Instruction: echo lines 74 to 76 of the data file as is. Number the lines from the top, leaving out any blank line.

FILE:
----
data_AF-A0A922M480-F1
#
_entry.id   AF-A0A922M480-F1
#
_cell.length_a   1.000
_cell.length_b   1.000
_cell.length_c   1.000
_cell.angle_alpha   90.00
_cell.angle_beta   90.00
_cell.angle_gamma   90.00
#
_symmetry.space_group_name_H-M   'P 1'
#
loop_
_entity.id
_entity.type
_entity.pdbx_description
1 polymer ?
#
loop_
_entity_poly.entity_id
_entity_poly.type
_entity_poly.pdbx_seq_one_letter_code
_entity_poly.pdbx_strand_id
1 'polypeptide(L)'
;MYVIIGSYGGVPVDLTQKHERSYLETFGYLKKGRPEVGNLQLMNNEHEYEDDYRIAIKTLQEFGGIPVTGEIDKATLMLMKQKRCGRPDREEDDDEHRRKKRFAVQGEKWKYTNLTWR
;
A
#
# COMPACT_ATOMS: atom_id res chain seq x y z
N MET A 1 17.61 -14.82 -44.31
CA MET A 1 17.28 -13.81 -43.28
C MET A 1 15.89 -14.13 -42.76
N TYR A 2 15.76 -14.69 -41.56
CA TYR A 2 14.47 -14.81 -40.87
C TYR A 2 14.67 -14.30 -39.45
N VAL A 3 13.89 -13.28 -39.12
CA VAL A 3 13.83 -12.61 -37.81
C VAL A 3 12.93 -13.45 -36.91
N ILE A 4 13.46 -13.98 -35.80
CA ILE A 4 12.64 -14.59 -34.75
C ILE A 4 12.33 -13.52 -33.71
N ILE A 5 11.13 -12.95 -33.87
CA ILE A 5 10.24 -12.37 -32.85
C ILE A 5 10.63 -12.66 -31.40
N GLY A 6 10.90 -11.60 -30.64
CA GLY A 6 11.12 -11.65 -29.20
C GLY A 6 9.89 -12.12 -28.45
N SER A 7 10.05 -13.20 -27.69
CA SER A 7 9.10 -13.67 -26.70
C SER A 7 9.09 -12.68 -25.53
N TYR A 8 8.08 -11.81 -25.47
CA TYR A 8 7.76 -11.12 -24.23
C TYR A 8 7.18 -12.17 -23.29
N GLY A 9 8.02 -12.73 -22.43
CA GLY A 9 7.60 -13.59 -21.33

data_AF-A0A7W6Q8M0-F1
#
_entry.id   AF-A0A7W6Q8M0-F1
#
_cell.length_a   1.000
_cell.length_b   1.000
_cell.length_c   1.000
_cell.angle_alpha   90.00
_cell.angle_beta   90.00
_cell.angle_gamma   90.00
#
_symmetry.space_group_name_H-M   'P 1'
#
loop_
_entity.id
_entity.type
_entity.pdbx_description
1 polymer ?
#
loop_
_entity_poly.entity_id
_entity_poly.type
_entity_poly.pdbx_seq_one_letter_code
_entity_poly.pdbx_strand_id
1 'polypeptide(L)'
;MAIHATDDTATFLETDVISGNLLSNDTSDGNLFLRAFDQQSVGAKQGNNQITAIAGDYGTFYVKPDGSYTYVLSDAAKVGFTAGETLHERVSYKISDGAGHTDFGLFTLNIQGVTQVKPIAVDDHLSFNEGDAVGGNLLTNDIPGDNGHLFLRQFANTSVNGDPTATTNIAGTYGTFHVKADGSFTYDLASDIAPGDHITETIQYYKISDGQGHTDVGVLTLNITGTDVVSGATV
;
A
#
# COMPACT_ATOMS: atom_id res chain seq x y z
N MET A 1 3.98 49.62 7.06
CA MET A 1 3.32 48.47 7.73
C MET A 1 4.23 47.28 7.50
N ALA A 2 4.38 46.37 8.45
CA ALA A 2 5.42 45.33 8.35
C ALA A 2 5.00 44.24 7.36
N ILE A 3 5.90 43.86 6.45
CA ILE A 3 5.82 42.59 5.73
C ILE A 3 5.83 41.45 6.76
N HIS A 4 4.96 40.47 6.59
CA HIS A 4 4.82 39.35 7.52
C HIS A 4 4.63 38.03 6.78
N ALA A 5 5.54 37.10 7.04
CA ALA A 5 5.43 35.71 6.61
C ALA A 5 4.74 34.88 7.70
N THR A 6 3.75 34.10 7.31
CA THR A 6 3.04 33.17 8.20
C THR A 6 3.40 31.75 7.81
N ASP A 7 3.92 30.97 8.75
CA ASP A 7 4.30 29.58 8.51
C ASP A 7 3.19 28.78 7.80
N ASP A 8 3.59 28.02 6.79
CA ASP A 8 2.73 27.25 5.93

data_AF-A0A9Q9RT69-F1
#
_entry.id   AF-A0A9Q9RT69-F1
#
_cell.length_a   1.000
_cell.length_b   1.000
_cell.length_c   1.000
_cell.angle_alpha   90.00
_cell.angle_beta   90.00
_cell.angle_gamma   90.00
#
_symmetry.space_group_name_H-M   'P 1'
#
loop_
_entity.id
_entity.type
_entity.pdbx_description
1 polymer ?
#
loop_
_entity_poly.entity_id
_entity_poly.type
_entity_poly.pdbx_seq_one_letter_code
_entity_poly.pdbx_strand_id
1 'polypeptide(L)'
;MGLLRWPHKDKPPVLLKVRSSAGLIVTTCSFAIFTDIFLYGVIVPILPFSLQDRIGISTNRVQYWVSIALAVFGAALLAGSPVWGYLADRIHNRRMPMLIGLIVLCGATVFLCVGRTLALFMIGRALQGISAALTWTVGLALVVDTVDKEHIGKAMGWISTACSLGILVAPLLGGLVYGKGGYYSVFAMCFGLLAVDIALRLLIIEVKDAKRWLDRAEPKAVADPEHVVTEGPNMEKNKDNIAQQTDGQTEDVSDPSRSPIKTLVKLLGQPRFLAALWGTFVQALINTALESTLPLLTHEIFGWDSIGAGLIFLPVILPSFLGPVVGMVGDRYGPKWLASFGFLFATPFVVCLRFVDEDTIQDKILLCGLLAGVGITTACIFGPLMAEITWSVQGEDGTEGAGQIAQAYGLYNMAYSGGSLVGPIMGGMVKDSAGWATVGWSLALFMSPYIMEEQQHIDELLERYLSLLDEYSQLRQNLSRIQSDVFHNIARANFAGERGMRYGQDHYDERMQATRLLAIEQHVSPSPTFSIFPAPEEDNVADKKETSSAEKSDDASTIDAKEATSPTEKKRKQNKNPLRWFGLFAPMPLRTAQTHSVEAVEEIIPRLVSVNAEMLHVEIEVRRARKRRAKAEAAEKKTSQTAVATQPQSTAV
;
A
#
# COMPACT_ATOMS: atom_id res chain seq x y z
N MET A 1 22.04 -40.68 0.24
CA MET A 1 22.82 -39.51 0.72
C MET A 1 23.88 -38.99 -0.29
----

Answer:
1 polymer ?
#
loop_